Out there in the world—the “real world” that people are always talking about—the world after college, which is supposedly much different than anything you ever learned about there—people are always saying that we humans are, essentially, lazy.
“People don’t want to read,” they say, over and over. “Keep your writing short and to the point.
“People just want to be entertained,” they say. “They want to watch reality shows and other mindless entertainment. They don’t really want to learn.”
Well, in my humble opinion: Nothing could be further from the truth.
People love learning. People crave intellectual stimulation.
People really want to be smart.
And those hugely popular reality shows that seem to be such solid evidence for our collective mental lassitude? Well, it just may be that the opposite is true. Maybe we like them, not because we are lazy, and not even because we are a bunch of gory-minded drama-seekers (although that may be a little part of it).
Maybe we like them because of what they have to teach us.
Reality shows, after all, are a kind of lab experiment—a big, grandiose lab experiment, yes, but a lab experiment nonetheless—in which humans are the rats. They show the viewers how real people act in extreme, high-stakes circumstances.
They teach us about ourselves.
Okay. So. Maybe this is going a bit far, I don’t know. Maybe not all reality show fans like them because they learn something.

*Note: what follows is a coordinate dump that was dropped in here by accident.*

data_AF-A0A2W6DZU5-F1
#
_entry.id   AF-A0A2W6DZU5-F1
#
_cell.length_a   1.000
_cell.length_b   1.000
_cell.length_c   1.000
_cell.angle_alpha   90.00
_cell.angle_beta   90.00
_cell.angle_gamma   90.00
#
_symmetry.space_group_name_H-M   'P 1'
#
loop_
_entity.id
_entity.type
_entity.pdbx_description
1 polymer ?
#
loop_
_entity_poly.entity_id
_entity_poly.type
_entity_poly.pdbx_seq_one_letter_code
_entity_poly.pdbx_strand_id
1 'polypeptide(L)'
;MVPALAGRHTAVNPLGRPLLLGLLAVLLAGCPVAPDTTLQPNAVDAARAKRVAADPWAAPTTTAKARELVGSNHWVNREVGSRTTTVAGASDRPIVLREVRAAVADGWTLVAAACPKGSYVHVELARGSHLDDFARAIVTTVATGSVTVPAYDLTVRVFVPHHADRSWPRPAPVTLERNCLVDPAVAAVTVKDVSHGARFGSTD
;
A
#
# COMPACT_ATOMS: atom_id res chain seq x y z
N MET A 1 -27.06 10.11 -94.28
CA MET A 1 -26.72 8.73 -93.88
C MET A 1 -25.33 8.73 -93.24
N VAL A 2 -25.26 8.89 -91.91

But that’s why I like them.
And that’s why I like documentaries (if they’re entertaining, too). And that’s why I love reading non-fiction, even more than fiction, which is also useful in its way (even in fiction, after all, the characters must be believable, and must teach us something.)
And that, after all, is what getting smart is really good for. Getting smart isn’t just about knowing more things.
It’s about understanding them, too.
It’s about understanding, especially, yourself.
“This is the kind of writing that makes me feel as if I’d sat down with the author on the sofa with cups of tea and we were talking together for hours. The style is so vulnerable …” – Heather
“I don’t know what to say other than it is the most beautiful book that I have ever read.” – Ashley
“Really, I am rather speechless.” – Sarah
“I loved the book!! I couldn’t stop reading it!! It touched me so very much.” – Haydee
“Player has given a beautiful gift to her readers. I was very touched.” – Celia
“Player’s chatty style evokes a realism and empathy for the story. One is able to feel her pain.” – Anonymous
Get What I Learned from Jane on Amazon.
More Stuff to Read:
Some Spiritual Practices Actually Work. It’s Amazing.
There are hundreds of spiritual techniques for overcoming depression and increasing inner peace. Only one blog talks about whether or not they work. With ratings. (Take that, God.)
- My Favorite Spiritual Practices for Overcoming Depression
- Depression Success Stories and Spiritual Practice Success Stories
I Suspect Inner Peace Is Just a Myth. Here Are Interviews With People Who Disagree.
Some people are such show-offs. But that doesn’t mean they’re not worth listening to.
There’s a Book for That, Too
It’s a great time to get suddenly awesome. So many teachers. So many books.
- Best Spiritual-But-Not-Religious Books for Overcoming Depression
- Books I Want My Kids to Read Someday